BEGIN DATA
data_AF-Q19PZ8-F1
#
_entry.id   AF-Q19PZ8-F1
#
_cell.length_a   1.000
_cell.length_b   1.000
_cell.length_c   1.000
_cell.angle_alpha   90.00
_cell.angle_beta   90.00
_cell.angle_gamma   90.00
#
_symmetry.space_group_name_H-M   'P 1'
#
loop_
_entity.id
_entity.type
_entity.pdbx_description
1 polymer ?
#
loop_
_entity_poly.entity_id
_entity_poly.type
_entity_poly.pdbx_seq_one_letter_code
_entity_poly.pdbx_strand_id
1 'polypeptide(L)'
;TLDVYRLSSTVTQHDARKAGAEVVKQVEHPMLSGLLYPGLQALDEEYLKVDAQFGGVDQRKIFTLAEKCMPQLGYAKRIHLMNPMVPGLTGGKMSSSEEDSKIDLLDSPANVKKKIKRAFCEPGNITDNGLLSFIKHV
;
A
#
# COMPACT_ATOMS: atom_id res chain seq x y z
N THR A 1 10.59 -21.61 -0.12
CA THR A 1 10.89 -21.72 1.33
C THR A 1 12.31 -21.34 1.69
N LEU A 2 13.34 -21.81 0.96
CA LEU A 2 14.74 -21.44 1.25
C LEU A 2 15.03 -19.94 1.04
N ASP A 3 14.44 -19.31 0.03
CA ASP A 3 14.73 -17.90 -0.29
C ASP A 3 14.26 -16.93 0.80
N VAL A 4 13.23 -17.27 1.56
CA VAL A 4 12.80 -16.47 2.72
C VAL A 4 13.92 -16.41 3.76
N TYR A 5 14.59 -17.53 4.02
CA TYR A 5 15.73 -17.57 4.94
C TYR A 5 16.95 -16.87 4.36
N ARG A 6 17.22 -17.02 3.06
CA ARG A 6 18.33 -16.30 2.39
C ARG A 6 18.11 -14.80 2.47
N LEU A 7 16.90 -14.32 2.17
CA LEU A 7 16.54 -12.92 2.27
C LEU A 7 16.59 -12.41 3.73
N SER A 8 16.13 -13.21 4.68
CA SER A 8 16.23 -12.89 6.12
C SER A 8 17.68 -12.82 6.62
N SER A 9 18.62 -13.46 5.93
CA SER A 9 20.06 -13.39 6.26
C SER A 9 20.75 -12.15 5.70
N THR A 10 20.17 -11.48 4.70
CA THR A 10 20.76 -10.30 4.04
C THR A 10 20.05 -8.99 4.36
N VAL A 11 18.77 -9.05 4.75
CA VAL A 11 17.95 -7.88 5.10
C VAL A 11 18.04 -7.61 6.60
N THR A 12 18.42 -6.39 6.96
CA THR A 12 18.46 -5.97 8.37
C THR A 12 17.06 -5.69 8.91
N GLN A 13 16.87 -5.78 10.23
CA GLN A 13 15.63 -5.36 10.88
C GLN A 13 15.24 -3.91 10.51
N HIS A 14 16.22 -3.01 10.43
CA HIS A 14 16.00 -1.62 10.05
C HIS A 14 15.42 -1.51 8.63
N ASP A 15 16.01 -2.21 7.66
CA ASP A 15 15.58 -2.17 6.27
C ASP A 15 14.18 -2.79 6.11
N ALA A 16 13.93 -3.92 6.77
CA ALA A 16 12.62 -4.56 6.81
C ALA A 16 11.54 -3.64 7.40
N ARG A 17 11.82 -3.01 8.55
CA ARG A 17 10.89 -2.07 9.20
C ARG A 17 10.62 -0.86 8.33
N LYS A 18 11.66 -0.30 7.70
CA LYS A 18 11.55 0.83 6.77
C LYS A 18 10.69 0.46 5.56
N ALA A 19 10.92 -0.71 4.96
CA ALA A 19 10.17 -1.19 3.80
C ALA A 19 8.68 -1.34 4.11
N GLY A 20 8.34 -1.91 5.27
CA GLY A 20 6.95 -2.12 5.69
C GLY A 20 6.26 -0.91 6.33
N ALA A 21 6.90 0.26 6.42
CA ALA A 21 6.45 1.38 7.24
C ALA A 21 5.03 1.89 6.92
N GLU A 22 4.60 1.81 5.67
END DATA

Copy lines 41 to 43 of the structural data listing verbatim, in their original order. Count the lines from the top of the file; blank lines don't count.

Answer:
CA VAL A 4 12.80 -16.47 2.72
C VAL A 4 13.92 -16.41 3.76
N TYR A 5 14.59 -17.53 4.02